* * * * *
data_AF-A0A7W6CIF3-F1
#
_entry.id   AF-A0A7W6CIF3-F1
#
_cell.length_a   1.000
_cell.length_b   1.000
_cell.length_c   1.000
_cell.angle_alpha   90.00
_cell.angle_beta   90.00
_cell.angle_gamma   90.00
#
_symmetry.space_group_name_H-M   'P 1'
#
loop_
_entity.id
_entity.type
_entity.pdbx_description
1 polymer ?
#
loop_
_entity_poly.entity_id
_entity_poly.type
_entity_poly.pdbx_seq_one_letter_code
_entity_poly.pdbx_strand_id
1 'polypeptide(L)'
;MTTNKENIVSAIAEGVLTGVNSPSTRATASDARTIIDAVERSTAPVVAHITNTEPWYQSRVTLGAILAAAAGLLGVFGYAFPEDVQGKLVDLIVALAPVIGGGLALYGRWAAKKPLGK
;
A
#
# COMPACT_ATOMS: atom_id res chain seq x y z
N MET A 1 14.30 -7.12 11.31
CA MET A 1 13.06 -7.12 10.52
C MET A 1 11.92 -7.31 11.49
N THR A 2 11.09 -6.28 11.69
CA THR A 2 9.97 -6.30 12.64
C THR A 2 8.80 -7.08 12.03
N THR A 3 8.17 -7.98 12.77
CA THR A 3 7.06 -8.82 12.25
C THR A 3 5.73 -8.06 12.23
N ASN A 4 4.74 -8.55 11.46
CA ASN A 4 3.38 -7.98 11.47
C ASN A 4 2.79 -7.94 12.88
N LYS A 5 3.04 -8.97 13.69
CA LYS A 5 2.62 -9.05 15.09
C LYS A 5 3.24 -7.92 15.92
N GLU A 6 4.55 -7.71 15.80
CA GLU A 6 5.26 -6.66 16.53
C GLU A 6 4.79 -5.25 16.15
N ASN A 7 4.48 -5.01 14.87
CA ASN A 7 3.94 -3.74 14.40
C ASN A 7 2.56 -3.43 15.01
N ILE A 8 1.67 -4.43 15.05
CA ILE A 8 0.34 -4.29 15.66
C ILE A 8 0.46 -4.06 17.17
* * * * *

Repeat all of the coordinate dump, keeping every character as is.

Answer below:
data_AF-A0A7W6CIF3-F1
#
_entry.id   AF-A0A7W6CIF3-F1
#
_cell.length_a   1.000
_cell.length_b   1.000
_cell.length_c   1.000
_cell.angle_alpha   90.00
_cell.angle_beta   90.00
_cell.angle_gamma   90.00
#
_symmetry.space_group_name_H-M   'P 1'
#
loop_
_entity.id
_entity.type
_entity.pdbx_description
1 polymer ?
#
loop_
_entity_poly.entity_id
_entity_poly.type
_entity_poly.pdbx_seq_one_letter_code
_entity_poly.pdbx_strand_id
1 'polypeptide(L)'
;MTTNKENIVSAIAEGVLTGVNSPSTRATASDARTIIDAVERSTAPVVAHITNTEPWYQSRVTLGAILAAAAGLLGVFGYAFPEDVQGKLVDLIVALAPVIGGGLALYGRWAAKKPLGK
;
A
#
# COMPACT_ATOMS: atom_id res chain seq x y z
N MET A 1 14.30 -7.12 11.31
CA MET A 1 13.06 -7.12 10.52
C MET A 1 11.92 -7.31 11.49
N THR A 2 11.09 -6.28 11.69
CA THR A 2 9.97 -6.30 12.64
C THR A 2 8.80 -7.08 12.03
N THR A 3 8.17 -7.98 12.77
CA THR A 3 7.06 -8.82 12.25
C THR A 3 5.73 -8.06 12.23
N ASN A 4 4.74 -8.55 11.46
CA ASN A 4 3.38 -7.98 11.47
C ASN A 4 2.79 -7.94 12.88
N LYS A 5 3.04 -8.97 13.69
CA LYS A 5 2.62 -9.05 15.09
C LYS A 5 3.24 -7.92 15.92
N GLU A 6 4.55 -7.71 15.80
CA GLU A 6 5.26 -6.66 16.53
C GLU A 6 4.79 -5.25 16.15
N ASN A 7 4.48 -5.01 14.87
CA ASN A 7 3.94 -3.74 14.40
C ASN A 7 2.56 -3.43 15.01
N ILE A 8 1.67 -4.43 15.05
CA ILE A 8 0.34 -4.29 15.66
C ILE A 8 0.46 -4.06 17.17